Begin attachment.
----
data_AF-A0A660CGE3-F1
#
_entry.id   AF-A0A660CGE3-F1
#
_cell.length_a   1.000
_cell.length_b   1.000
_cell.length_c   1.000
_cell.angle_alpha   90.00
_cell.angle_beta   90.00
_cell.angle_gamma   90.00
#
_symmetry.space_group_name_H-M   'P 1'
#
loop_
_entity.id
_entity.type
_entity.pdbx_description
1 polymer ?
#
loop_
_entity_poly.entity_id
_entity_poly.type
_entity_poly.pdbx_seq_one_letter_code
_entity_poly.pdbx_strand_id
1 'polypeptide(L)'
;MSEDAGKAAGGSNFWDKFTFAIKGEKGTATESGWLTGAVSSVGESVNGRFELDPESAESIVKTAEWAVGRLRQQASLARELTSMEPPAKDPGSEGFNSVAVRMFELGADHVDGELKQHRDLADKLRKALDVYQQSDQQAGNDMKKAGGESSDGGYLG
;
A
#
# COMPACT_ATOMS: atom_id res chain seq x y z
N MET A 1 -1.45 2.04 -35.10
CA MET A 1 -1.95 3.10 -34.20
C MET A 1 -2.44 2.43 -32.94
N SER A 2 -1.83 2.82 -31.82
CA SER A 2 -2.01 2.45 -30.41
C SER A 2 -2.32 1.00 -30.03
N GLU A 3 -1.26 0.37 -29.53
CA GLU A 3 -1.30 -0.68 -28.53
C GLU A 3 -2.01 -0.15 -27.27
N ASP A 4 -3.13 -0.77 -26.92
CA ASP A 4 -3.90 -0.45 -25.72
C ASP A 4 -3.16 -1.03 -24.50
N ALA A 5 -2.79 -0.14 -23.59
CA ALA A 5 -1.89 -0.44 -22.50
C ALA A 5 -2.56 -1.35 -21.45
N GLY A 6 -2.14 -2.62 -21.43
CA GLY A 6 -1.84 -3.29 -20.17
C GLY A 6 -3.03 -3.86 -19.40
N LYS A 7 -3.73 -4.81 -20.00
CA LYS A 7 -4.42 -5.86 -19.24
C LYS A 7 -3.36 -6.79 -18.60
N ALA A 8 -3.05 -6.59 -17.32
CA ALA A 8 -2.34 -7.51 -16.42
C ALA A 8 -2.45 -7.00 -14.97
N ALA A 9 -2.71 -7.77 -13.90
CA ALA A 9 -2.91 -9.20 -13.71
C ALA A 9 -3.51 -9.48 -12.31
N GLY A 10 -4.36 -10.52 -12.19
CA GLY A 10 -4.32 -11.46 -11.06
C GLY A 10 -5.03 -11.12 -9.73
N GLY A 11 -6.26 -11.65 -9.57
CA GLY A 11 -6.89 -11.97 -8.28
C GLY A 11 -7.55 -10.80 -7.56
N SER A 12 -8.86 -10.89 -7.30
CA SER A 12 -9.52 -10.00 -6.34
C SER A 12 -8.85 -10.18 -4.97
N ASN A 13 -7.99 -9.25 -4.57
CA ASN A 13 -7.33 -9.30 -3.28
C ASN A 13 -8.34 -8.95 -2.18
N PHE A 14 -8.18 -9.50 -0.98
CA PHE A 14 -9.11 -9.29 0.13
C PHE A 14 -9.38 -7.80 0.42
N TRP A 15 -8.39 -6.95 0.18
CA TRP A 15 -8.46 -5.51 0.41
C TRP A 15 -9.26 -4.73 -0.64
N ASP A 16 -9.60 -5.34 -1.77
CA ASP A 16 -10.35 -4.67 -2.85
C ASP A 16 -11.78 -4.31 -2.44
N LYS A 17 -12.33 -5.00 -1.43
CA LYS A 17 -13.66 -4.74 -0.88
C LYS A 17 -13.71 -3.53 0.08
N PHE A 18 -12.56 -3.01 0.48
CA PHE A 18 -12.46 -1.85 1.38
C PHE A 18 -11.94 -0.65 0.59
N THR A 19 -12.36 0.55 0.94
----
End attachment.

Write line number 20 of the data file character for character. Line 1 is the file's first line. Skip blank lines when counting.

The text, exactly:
loop_